Question Details

Ahsun Saleem, Home Buyer in New Jersey

Choosing betwen two Real Estate Agents

Asked by Ahsun Saleem, New Jersey Fri Sep 28, 2007

So, I've been trying to find the right real estate agent to represent me as I go to purchase a house. I have found two that I like, but without further going through this process, I dont know how good they will be in negotiating the best deal for me. I have one particular place that I am interested in. What if I took one real estate agent there, and I feel that she's not doing a good job, I then switch to the other real estate agent? Are there any legalities involved in this? How would the agent we're dealing with (the place is new construction) handle the change in real estate agents. If this is a bad idea, how do I figure out which real estate agent is the right one for me? Both have been recommended to me by others.

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Answers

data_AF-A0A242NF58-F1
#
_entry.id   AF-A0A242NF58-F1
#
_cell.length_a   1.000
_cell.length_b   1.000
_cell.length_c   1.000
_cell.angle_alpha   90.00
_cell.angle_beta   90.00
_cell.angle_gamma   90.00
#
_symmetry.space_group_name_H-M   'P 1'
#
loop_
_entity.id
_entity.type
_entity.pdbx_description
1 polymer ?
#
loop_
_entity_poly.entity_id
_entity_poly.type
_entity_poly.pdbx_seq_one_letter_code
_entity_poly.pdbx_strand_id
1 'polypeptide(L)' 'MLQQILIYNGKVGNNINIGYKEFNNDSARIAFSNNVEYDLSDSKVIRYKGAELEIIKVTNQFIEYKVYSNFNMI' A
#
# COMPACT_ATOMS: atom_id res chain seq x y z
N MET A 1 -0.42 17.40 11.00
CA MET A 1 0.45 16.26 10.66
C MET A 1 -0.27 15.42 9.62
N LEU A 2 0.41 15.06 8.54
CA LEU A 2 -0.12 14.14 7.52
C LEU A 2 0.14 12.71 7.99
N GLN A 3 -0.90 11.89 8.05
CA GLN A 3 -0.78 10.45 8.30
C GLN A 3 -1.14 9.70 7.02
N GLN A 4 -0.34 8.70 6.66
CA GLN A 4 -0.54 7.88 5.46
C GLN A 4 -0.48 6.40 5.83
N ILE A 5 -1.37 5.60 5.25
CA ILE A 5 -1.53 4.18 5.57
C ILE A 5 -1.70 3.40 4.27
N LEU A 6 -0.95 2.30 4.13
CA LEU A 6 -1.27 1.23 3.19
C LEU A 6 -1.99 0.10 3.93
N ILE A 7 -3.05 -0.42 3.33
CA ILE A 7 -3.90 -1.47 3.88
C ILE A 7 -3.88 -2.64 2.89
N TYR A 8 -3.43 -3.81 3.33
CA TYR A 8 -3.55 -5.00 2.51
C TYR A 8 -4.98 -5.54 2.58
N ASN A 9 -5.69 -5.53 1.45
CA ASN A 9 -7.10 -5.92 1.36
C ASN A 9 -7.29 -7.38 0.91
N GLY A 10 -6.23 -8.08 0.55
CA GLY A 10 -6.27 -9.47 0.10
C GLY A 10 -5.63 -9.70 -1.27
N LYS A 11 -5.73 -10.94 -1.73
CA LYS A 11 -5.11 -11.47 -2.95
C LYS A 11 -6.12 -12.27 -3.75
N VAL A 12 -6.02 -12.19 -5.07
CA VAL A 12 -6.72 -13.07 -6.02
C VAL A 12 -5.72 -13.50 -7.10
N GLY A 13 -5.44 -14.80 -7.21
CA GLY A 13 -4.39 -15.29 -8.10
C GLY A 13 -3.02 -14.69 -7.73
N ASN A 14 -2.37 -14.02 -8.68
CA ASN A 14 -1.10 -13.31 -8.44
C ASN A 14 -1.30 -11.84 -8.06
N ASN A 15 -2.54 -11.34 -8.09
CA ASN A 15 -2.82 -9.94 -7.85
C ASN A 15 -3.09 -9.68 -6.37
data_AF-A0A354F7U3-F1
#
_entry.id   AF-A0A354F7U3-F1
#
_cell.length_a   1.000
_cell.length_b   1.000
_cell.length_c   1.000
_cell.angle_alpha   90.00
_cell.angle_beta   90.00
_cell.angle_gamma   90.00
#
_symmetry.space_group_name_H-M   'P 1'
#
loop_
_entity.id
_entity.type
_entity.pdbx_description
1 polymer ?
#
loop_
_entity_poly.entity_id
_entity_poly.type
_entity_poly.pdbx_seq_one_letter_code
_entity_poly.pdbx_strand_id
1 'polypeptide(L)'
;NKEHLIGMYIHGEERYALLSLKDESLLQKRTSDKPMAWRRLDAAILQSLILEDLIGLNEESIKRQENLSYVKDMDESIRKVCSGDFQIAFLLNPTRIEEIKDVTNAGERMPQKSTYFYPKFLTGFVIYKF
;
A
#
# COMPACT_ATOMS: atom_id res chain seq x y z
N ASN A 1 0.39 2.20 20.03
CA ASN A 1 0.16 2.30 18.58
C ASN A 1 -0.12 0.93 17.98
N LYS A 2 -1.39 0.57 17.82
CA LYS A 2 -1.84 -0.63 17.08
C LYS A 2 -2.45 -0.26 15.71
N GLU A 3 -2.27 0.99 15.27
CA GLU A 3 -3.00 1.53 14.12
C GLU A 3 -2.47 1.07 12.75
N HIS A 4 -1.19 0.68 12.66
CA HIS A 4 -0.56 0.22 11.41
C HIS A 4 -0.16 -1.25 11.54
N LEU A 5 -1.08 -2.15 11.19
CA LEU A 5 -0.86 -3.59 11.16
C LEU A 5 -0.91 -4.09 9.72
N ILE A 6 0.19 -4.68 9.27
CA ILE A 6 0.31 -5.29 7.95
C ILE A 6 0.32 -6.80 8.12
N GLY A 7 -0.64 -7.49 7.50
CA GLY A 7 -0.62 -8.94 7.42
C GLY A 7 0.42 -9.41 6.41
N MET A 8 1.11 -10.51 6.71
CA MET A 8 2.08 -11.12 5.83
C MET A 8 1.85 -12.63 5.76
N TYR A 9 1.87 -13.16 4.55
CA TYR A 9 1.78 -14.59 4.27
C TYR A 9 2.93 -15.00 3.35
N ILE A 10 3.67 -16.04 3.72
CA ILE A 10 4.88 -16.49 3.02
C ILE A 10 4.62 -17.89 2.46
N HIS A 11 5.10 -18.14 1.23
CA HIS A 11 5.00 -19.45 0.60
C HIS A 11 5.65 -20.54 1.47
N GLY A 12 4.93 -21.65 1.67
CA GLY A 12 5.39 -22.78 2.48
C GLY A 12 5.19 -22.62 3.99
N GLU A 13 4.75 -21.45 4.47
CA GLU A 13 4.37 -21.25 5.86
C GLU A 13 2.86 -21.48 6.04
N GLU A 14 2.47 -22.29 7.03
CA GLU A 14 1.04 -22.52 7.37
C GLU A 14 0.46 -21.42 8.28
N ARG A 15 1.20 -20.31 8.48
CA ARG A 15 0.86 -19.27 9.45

6
Don't do the whole switching horses bit. That's just not fair to the agent you ask to put in the time and effort working for you under the assumption that it will lead to a paycheck. If both have solid credentials and come recommended by those you trust, you simply have to make a choice based on your instincts. Pick the one who instills the most confidence and don't look back. You need to be a team, and that is difficult if you are preoccupied wondering whether the grass is greener with the other agent. If you want your agent to be fully committed to your interests, you need to be equally committed to him/her. Good luck.
1 vote Thank Flag Link Fri Sep 28, 2007
The agent that registers you on your first visit to the builders office is the one that is considered procuring cause, and is the one that the builder will pay at close of escrow. If you feel that the agent is honest and competent, but not a "superstar", gracefully and tactfully let her / him know what it is you are missing from them, they might just rise to the occasion and become better agents for your suggestions.
0 votes Thank Flag Link Fri Sep 28, 2007
Jim Walker, Real Estate Pro in Carmichael, CA
MVP'08
Contact